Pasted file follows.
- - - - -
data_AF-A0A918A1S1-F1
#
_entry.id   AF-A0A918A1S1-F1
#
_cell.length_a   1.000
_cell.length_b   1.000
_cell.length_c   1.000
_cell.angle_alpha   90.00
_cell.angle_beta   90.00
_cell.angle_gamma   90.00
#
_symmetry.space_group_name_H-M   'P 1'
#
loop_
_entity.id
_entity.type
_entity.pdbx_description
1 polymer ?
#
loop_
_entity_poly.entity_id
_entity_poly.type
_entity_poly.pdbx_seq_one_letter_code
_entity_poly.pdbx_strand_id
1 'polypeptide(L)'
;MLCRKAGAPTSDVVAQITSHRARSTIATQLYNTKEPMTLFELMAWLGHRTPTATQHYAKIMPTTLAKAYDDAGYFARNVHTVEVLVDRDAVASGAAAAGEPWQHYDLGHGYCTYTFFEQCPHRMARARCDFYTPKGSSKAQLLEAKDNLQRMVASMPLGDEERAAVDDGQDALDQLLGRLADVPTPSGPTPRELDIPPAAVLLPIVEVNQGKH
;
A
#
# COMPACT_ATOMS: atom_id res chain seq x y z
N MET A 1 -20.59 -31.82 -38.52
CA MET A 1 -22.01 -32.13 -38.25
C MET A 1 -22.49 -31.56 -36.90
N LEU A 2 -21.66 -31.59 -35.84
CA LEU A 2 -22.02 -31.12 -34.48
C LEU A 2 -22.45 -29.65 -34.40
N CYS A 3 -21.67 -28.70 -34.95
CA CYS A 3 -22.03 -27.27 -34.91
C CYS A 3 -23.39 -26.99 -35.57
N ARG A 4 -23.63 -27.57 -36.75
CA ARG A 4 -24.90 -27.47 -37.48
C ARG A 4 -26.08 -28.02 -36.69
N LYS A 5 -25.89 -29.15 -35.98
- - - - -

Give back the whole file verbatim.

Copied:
data_AF-A0A918A1S1-F1
#
_entry.id   AF-A0A918A1S1-F1
#
_cell.length_a   1.000
_cell.length_b   1.000
_cell.length_c   1.000
_cell.angle_alpha   90.00
_cell.angle_beta   90.00
_cell.angle_gamma   90.00
#
_symmetry.space_group_name_H-M   'P 1'
#
loop_
_entity.id
_entity.type
_entity.pdbx_description
1 polymer ?
#
loop_
_entity_poly.entity_id
_entity_poly.type
_entity_poly.pdbx_seq_one_letter_code
_entity_poly.pdbx_strand_id
1 'polypeptide(L)'
;MLCRKAGAPTSDVVAQITSHRARSTIATQLYNTKEPMTLFELMAWLGHRTPTATQHYAKIMPTTLAKAYDDAGYFARNVHTVEVLVDRDAVASGAAAAGEPWQHYDLGHGYCTYTFFEQCPHRMARARCDFYTPKGSSKAQLLEAKDNLQRMVASMPLGDEERAAVDDGQDALDQLLGRLADVPTPSGPTPRELDIPPAAVLLPIVEVNQGKH
;
A
#
# COMPACT_ATOMS: atom_id res chain seq x y z
N MET A 1 -20.59 -31.82 -38.52
CA MET A 1 -22.01 -32.13 -38.25
C MET A 1 -22.49 -31.56 -36.90
N LEU A 2 -21.66 -31.59 -35.84
CA LEU A 2 -22.02 -31.12 -34.48
C LEU A 2 -22.45 -29.65 -34.40
N CYS A 3 -21.67 -28.70 -34.95
CA CYS A 3 -22.03 -27.27 -34.91
C CYS A 3 -23.39 -26.99 -35.57
N ARG A 4 -23.63 -27.57 -36.75
CA ARG A 4 -24.90 -27.47 -37.48
C ARG A 4 -26.08 -28.02 -36.69
N LYS A 5 -25.89 -29.15 -35.98